On the other side of the room is my favorite thing of all – a child-sized sink that my husband designed and built! It is both luxurious (because so few homes have it) AND oh-so necessary (I never have to lift them up to the sink, press their stomach into the cold ledge of the sink and then hurry them through the whole washing process again!). Powered by a pump, it runs water up from a container through the faucet and then drains back down into the same container.

Here are some pictures of my amazing husband at work:

This is a standard sink from Home Depot, which Mark sawed down to size. Here he is installing the faucet. A goose-neck faucet makes it possible for children to fill up watering cans or pitchers at the sink.

He puts plumber’s putty around the drain ring in order to secure it to the sink

This container is from a fishing and marine store. For convenience’s sake, the water comes out of here and drains back here. We change it daily, which is simple to do.

You can’t see the pump, but once it’s plugged in, all you have to do is turn on the faucet and it works!

If you are in our neighborhood or passing through Baltimore, come for a visit! And bring the little ones to come and play with us!

In upcoming posts, I’ll be showing you the other areas in our home, including where we get dressed and where we eat. Stay tuned!

We Don’t Share

Monday, October 15th, 2012 11:19 am | By Stephanie Woo


Brooke and her stroller

You know how when two children play together, the toy someone else is playing is always the BEST toy in the room? This is when I always hear parents and caretakers tell their children, “Sweetheart, you have to SHARE.”

Imagine this: you’re at dinner at a beautiful restaurant with your partner and two friends. The food comes and everyone starts enjoying the food in front of them. Then your partner turns, nudges you and says, “Honey, you should share your food with your friends.” How does that make you feel? Depending on the day, I can imagine I would have any or all of these responses, including “What, why? It’s MY food.” “Why do I have to share? Why don’t you share YOUR food?” and flat-out “um, NO.” Frankly, everyone else at the table would consider your partner to be nothing but plain rude. As adults, we respect someone’s right to share. We value sharing when it comes from within. If you have to ask someone to share, it’s not really sharing.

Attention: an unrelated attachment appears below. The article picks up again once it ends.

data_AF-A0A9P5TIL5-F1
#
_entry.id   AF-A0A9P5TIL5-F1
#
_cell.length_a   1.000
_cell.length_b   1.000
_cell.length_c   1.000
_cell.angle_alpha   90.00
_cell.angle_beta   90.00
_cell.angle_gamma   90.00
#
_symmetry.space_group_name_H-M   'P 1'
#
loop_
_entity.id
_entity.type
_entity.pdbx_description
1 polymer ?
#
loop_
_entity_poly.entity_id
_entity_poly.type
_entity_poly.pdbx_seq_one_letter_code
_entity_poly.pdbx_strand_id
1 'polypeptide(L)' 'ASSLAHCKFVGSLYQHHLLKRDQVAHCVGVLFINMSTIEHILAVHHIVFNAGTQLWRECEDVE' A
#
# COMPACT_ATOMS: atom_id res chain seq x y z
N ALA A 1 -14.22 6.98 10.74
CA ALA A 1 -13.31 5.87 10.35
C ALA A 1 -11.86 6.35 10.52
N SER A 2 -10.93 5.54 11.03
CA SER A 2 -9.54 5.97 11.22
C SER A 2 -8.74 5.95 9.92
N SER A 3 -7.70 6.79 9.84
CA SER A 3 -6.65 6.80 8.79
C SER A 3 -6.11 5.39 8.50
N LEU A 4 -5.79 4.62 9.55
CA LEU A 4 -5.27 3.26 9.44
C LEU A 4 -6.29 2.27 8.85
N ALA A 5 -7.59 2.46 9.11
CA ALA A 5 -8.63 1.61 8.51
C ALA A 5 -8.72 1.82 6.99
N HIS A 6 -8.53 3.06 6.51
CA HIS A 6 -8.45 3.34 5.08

That’s why you never hear the word “share” in our house.

Two weeks ago, Mackenzie was playing with a toy stroller and Brooke wanted it. I heard the screaming and found Mackenzie holding onto the stroller while Brooke was trying to yank it out of her sister’s hands.  I got down to their eye-level, turned to Brooke and said, “Brooke, can you say, ‘Mackenzie, when you are finished, can I play with it?’” I gave Brooke 1 or 2 words at a time so she can repeat them after me. Then I turned to Mackenzie and said, “Mackenzie, when you are finished, can Brooke play with it?” She nods yes.

Brooke still wanted it and tried to take it from Mackenzie, I said, “Mackenzie is not finished playing yet. You can play with it when she is finished. Do you want to read a book or listen to music?” Brooke lets it go and goes to play with something else.

Five minutes go by. Brooke is upstairs. Mackenzie climbs up the stairs pulling the stroller behind her saying, “Brooke! Brooke!” She’s done playing with it and she’s ready to pass it on!

We’ve been doing this ever since they’ve started fighting over toys, maybe 4-5 months ago. This is the most effective communication tool I’ve experienced with toddlers. Speak their language and toddlers can be so reasonable it would surprise you. The next time Brooke is playing with something, she knows she will receive the same courtesy: she gets to play with the toy to her heart’s content and no one else can play with it till she is done. When a child knows this, she will have all the patience in the world to wait her turn.